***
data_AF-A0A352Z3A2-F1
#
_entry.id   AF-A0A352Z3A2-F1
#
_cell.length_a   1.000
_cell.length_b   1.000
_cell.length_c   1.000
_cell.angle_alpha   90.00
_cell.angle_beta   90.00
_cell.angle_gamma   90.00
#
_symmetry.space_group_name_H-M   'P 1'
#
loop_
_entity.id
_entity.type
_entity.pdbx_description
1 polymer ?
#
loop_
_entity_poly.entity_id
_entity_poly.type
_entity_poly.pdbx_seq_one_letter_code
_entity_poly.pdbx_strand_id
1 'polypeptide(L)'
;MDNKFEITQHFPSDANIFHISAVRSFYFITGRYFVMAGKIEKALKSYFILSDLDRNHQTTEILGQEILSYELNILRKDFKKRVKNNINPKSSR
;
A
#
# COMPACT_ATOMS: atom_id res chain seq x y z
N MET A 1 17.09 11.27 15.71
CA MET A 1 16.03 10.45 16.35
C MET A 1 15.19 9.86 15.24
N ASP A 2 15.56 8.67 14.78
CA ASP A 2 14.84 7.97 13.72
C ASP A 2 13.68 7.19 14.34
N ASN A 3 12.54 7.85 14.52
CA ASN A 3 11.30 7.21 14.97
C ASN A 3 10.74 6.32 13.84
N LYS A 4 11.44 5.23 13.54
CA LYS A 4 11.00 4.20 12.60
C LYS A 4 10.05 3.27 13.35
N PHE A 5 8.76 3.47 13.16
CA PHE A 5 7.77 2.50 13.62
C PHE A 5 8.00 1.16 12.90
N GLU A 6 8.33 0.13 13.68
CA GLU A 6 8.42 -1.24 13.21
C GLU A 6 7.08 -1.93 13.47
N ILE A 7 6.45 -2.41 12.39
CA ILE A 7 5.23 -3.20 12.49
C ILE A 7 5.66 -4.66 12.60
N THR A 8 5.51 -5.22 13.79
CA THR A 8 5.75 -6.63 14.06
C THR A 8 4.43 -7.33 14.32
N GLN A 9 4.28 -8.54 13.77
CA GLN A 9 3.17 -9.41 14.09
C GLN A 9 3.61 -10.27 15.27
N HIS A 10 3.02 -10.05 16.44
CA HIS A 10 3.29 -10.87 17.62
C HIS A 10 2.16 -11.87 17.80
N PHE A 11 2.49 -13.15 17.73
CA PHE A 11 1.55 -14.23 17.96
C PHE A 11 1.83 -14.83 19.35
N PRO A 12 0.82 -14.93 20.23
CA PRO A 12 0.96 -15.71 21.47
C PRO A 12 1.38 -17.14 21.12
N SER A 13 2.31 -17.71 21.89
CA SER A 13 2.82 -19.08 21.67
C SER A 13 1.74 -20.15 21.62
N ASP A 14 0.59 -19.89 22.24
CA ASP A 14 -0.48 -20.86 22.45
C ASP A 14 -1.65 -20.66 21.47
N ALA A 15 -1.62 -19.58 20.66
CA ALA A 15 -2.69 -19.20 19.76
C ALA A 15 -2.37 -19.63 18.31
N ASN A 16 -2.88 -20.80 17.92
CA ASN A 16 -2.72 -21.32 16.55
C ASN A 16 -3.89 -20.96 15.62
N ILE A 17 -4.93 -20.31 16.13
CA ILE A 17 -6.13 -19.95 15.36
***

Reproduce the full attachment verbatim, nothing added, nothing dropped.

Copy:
data_AF-A0A352Z3A2-F1
#
_entry.id   AF-A0A352Z3A2-F1
#
_cell.length_a   1.000
_cell.length_b   1.000
_cell.length_c   1.000
_cell.angle_alpha   90.00
_cell.angle_beta   90.00
_cell.angle_gamma   90.00
#
_symmetry.space_group_name_H-M   'P 1'
#
loop_
_entity.id
_entity.type
_entity.pdbx_description
1 polymer ?
#
loop_
_entity_poly.entity_id
_entity_poly.type
_entity_poly.pdbx_seq_one_letter_code
_entity_poly.pdbx_strand_id
1 'polypeptide(L)'
;MDNKFEITQHFPSDANIFHISAVRSFYFITGRYFVMAGKIEKALKSYFILSDLDRNHQTTEILGQEILSYELNILRKDFKKRVKNNINPKSSR
;
A
#
# COMPACT_ATOMS: atom_id res chain seq x y z
N MET A 1 17.09 11.27 15.71
CA MET A 1 16.03 10.45 16.35
C MET A 1 15.19 9.86 15.24
N ASP A 2 15.56 8.67 14.78
CA ASP A 2 14.84 7.97 13.72
C ASP A 2 13.68 7.19 14.34
N ASN A 3 12.54 7.85 14.52
CA ASN A 3 11.30 7.21 14.97
C ASN A 3 10.74 6.32 13.84
N LYS A 4 11.44 5.23 13.54
CA LYS A 4 11.00 4.20 12.60
C LYS A 4 10.05 3.27 13.35
N PHE A 5 8.76 3.47 13.16
CA PHE A 5 7.77 2.50 13.62
C PHE A 5 8.00 1.16 12.90
N GLU A 6 8.33 0.13 13.68
CA GLU A 6 8.42 -1.24 13.21
C GLU A 6 7.08 -1.93 13.47
N ILE A 7 6.45 -2.41 12.39
CA ILE A 7 5.23 -3.20 12.49
C ILE A 7 5.66 -4.66 12.60
N THR A 8 5.51 -5.22 13.79
CA THR A 8 5.75 -6.63 14.06
C THR A 8 4.43 -7.33 14.32
N GLN A 9 4.28 -8.54 13.77
CA GLN A 9 3.17 -9.41 14.09
C GLN A 9 3.61 -10.27 15.27
N HIS A 10 3.02 -10.05 16.44
CA HIS A 10 3.29 -10.87 17.62
C HIS A 10 2.16 -11.87 17.80
N PHE A 11 2.49 -13.15 17.73
CA PHE A 11 1.55 -14.23 17.96
C PHE A 11 1.83 -14.83 19.35
N PRO A 12 0.82 -14.93 20.23
CA PRO A 12 0.96 -15.71 21.47
C PRO A 12 1.38 -17.14 21.12
N SER A 13 2.31 -17.71 21.89
CA SER A 13 2.82 -19.08 21.67
C SER A 13 1.74 -20.15 21.62
N ASP A 14 0.59 -19.89 22.24
CA ASP A 14 -0.48 -20.86 22.45
C ASP A 14 -1.65 -20.66 21.47
N ALA A 15 -1.62 -19.58 20.66
CA ALA A 15 -2.69 -19.20 19.76
C ALA A 15 -2.37 -19.63 18.31
N ASN A 16 -2.88 -20.80 17.92
CA ASN A 16 -2.72 -21.32 16.55
C ASN A 16 -3.89 -20.96 15.62
N ILE A 17 -4.93 -20.31 16.13
CA ILE A 17 -6.13 -19.95 15.36